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Costing Recreation Services

Updated: Sep 14, 2020

As part of a Cost of Services Study we are usually asked to provide the full cost of Recreation services and then make recommendations to adjust these fees.  But, as there is a direct connection between the costs and the resulting fees for most other departments in a city, identifying the full costs of Recreation services usually has little direct impact on what fees can then be charged.  This is because these fees are market-based fees in which the customer can merely decide not to “purchase” the service if they feel the fee is beyond the value they receive.

So, what do we do with Recreation costs?  They still exist and knowing those costs must provide some value, right?  And, of course, the answer is yes, this is important information.  But it is information that is used to start a conversation with the community about what they value and what they are willing to subsidize.  Most Recreation programs require some level of subsidy or they would be provided by the private sector.

So, who gets subsidized and by how much?  By identifying the fully allocated cost of the program and comparing that to the revenues you can then identify the subsidies for each program.  But that fully allocated cost includes many fixed costs that will not go away if the program goes away, such as full-time departmental staff, fields and facilities, and city-wide administrative costs.  While the fully allocated cost is good to know, it really does not provide useful information when trying to determine the actual level of subsidy.

But, by peeling away these costs and only looking at the remaining direct program costs we can get a truer picture.  These direct program costs typically involve direct part time salaries and benefits, as well as direct operating supplies and expenses.  When we now compare these direct program costs to the program revenues, we can see the direct subsidy of each program.  When we also add the number of users into the mix, we can see the amount of subsidy provided to each program participant.  This becomes a much more meaningful number.

The next step is to use this direct subsidy information to have a conversation about what programs the community wants to subsidize and which it does not, knowing that a decision to not subsidize a program may mean that program goes away.

Many communities have used a form of Recreation Program Pyramid to facilitate this discussion.  The lower that a program is on the pyramid, the greater the amount of subsidy.  And, conversely, the higher on the pyramid the lower the amount of subsidy.  A typical program at the bottom of the pyramid and provided at no cost to the user is a Youth Park program.  A typical program at the top of the pyramid is an Adult Softball program that is charged the full direct cost of the program, or maybe even higher.  The number of levels in the pyramid is determined by the amount of subsidy categories that is preferred, but it usually has four or five.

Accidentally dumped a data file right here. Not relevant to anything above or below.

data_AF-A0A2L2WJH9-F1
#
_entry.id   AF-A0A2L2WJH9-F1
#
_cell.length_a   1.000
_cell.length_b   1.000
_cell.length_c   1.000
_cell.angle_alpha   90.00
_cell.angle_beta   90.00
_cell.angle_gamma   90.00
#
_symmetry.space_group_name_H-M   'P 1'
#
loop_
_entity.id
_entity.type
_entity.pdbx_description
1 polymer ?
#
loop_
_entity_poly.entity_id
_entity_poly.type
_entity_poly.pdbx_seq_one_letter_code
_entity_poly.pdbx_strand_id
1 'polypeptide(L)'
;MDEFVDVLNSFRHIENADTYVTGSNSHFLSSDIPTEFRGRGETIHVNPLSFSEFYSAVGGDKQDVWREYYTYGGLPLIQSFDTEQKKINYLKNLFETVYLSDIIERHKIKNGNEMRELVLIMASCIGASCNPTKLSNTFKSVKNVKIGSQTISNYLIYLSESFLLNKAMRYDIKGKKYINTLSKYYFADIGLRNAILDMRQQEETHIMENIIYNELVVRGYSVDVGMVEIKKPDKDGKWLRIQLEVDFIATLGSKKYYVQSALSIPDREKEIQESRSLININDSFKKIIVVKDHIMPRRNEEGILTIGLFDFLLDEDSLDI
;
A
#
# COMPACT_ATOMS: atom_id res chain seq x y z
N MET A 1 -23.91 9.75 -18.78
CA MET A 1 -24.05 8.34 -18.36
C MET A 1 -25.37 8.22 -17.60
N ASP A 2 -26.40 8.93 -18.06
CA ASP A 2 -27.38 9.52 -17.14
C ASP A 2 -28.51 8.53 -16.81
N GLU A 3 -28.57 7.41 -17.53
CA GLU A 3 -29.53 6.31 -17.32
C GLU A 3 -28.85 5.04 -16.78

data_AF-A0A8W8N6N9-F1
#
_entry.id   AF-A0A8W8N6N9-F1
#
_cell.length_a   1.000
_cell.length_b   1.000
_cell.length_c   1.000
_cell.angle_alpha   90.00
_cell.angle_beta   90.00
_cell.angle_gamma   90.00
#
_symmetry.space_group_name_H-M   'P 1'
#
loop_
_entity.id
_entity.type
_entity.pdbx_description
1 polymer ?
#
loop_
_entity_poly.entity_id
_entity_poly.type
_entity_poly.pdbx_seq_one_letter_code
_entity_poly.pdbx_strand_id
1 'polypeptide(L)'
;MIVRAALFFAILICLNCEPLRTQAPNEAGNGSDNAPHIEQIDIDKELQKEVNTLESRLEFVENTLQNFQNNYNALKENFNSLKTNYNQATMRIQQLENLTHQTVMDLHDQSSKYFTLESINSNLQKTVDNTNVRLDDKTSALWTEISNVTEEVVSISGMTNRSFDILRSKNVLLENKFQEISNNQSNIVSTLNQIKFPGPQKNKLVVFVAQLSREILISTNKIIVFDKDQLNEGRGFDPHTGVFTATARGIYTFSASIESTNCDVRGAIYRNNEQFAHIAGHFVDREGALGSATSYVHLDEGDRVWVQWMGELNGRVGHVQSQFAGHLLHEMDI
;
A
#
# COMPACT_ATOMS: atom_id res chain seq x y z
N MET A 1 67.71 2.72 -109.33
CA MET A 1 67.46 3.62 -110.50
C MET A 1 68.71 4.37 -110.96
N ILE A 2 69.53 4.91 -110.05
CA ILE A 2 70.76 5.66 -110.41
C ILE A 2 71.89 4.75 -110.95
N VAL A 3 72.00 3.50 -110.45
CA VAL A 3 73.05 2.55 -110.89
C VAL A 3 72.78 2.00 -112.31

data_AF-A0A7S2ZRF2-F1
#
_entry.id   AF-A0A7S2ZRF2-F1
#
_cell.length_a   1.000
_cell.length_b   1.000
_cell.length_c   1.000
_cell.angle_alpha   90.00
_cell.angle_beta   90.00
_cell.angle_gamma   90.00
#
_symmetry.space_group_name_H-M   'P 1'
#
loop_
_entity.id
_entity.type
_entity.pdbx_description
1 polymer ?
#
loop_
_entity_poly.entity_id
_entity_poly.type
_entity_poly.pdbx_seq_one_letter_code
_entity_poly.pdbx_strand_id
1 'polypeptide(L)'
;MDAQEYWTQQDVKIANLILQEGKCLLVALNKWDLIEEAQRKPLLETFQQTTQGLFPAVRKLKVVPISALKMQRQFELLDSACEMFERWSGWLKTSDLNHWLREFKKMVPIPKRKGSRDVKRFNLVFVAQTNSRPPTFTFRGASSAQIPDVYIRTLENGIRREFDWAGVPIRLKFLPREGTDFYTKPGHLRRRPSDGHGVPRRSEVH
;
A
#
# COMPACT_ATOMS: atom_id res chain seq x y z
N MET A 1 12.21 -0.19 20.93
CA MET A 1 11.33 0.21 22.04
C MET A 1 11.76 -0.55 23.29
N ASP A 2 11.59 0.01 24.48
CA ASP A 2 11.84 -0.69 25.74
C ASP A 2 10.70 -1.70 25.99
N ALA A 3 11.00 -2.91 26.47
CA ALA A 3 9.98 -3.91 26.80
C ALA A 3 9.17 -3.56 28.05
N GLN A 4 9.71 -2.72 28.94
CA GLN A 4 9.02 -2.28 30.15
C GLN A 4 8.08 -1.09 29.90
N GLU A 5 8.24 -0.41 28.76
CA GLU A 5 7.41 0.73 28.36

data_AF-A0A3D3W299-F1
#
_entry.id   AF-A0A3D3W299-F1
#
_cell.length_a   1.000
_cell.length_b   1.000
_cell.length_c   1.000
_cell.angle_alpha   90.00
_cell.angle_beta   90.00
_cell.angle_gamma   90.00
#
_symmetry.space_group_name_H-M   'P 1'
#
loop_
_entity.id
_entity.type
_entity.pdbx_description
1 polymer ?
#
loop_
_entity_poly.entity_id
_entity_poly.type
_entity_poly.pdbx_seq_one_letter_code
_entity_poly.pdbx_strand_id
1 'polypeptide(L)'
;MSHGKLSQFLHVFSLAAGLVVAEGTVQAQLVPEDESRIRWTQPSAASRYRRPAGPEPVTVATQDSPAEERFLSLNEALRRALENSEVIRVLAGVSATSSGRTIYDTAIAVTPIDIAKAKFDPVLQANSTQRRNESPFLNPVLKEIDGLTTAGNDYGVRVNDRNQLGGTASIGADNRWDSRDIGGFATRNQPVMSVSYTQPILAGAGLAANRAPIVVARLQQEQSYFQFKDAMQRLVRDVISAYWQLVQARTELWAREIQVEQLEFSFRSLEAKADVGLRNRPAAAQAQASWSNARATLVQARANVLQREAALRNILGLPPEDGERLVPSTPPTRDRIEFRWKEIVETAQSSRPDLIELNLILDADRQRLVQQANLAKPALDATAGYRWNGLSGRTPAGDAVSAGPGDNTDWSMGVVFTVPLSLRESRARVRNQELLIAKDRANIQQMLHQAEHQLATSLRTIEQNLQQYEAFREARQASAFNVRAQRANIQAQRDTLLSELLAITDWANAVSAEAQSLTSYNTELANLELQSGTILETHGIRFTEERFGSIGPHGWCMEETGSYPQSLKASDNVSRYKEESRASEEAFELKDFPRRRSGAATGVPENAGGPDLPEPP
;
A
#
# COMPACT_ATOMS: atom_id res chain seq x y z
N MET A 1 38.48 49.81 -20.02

The next level of review is to start adding back in other costs that we removed earlier, like facility and filed costs, to give a more complete picture.  For one agency, we worked with City staff to develop a model to give that fuller picture.  The departmental user puts in the basics of the program, including direct staff and supplies cost, the number of participants, the amount of hours used at a field or facility, and where on the Pyramid this program has been placed.  The model then calculates a fee range to fit within the current placement on the pyramid.  Staff can use this information to set the fee or determine that the program as currently constructed does not work.

Obviously, determining the costs of Recreation programs has many important uses.  It provides the base of information that allows the community to determine what it values and what it expects out of its Recreation programs. It’s now up to you to determine what level of review is needed for your agency.  Let us know how we can help.

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